—Chris Worley, Professor and Strategy Director, NEOMA Business School Center for Leadership and Effective Organizations
“As someone who always strives to be a more effective consultant, I find Ed Schein’s reflections and insights hugely reassuring. In Humble Consulting, with great care and sensitivity, Ed Schein shares years of wisdom and encourages his readers to reflect on and experiment with their own practice. I believe anyone working in a helping role will benefit from reading this wonderful book.”
—Philip Mix, organization development consultant and member of the NTL Institute
“In Humble Consulting, master consultant Edgar Schein shows us how to escape the limitations of a traditional consulting practice to vastly improve both the impact and the meaning of our work. This book is at once brilliant and incredibly practical.”
—Anthony L. Suchman, MD, MA, consultant, Relationship Centered Health Care
“Humble Consulting is a book every leader and every consultant should read. Using numerous cases from his own experience, Schein describes the specific components of a true helping relationship and shows the powerful impact when consulting rests on curious questioning that honors and unlocks the knowledge held by the other.”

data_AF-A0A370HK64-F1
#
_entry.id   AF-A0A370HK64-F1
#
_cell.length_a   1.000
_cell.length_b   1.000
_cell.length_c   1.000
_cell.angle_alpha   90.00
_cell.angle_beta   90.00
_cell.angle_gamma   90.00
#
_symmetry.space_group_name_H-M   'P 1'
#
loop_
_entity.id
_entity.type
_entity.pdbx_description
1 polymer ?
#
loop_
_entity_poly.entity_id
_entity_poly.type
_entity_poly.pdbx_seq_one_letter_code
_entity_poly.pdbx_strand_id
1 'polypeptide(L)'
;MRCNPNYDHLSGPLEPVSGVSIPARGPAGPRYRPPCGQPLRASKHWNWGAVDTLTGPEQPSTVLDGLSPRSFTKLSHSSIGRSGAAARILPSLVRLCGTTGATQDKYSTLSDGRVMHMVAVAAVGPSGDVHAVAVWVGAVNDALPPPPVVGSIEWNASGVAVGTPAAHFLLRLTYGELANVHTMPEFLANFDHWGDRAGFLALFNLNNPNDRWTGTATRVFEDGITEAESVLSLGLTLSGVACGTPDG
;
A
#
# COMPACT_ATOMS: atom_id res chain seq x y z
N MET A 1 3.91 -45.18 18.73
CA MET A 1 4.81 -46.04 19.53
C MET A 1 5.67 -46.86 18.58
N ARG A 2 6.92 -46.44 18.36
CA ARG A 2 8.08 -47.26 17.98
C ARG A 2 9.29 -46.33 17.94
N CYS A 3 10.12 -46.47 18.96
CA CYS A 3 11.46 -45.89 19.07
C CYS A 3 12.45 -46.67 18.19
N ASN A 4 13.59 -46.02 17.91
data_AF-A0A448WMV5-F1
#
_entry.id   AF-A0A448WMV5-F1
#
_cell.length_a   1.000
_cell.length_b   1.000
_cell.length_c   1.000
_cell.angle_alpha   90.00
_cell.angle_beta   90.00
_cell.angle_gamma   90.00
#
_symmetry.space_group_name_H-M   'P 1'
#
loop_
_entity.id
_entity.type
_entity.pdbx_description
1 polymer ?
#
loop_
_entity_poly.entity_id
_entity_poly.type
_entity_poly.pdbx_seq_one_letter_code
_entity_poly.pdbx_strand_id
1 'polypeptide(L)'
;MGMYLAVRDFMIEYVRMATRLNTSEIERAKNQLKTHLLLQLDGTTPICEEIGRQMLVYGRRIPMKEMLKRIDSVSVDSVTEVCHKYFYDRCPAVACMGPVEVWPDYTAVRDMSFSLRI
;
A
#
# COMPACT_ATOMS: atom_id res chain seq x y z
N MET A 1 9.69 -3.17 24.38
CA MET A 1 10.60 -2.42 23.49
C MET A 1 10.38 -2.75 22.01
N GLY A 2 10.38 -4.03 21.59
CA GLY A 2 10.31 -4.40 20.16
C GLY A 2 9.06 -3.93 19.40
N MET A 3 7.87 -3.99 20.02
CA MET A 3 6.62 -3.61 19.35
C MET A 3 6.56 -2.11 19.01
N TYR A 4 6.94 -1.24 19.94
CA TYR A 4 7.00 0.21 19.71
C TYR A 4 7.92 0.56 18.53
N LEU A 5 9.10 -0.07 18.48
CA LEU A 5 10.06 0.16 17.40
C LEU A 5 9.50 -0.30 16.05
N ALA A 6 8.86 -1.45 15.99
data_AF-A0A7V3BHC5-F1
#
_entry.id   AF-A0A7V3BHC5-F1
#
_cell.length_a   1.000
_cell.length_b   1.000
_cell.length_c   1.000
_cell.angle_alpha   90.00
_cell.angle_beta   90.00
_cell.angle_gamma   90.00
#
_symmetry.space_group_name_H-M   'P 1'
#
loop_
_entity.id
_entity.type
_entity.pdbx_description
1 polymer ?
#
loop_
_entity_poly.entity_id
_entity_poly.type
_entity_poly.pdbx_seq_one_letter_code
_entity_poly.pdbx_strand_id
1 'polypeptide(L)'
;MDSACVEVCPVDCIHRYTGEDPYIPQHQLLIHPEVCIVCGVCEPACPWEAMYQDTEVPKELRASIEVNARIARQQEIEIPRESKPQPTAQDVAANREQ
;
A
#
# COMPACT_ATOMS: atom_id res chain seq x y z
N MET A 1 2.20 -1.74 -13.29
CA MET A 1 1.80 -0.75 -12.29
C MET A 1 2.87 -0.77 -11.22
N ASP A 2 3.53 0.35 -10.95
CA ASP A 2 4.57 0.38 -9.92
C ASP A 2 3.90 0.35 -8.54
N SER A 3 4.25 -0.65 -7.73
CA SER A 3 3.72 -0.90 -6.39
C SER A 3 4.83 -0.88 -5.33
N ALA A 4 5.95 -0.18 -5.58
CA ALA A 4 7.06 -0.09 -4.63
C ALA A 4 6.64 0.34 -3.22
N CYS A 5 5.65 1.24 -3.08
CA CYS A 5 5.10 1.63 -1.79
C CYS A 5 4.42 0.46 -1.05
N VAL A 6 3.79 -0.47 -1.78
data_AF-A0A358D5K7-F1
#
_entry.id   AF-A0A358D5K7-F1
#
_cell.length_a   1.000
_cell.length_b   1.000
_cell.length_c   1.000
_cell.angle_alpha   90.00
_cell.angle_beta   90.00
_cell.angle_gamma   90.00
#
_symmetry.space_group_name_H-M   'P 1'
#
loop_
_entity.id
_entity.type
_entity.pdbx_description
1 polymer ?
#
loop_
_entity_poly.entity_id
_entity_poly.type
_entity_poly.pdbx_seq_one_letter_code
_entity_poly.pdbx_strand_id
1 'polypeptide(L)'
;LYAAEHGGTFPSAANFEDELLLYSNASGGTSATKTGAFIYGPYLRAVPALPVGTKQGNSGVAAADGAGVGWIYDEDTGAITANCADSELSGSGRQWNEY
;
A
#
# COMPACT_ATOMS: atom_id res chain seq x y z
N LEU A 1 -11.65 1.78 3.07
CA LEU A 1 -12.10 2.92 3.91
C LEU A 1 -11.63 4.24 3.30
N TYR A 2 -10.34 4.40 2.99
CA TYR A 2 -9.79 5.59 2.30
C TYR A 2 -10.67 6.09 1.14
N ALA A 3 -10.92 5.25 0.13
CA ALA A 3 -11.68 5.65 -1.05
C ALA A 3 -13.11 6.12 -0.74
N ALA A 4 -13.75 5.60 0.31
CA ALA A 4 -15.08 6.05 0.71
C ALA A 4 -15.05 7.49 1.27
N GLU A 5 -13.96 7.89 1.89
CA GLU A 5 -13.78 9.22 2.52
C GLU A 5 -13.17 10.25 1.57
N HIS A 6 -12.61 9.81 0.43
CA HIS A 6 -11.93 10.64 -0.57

—David L. Bradford, PhD, Eugene D. O’Kelly Senior Lecturer in Leadership, Emeritus, Stanford University Graduate School of Business, and coauthor of the bestselling books Influence without Authority and Power Up
“Finally, a consulting process that demonstrates and emulates the type of culture toward which organizations and their leaders aspire.”
—Robert Cooke, author of Human Synergistics’ Organizational Culture Inventory
“Ed Schein once again moves the needle in refining the essence of consulting. Schein invokes a shift from considering clients as objects to considering clients as living, dynamic beings. The artistry of balancing formality and intimacy, dancing with the dynamic client system, paying attention to the environment, and engaging in endless reflective learning makes for a potent model and process. Read the wisdom and be open to transformation.”
—Sarita Chawla, President, Metalens Consulting; Senior Faculty, New Ventures West; and Diamond Approach teacher
“In Humble Consulting, Ed Schein weaves the cultural and process consulting threads of his life’s work into a masterpiece of emotional, cultural, and methodological insight. Read this book and be prepared to change your mind, heart, and practice.”
—David E. Goldberg, author of The Design of Innovation and coauthor of A Whole New Engineer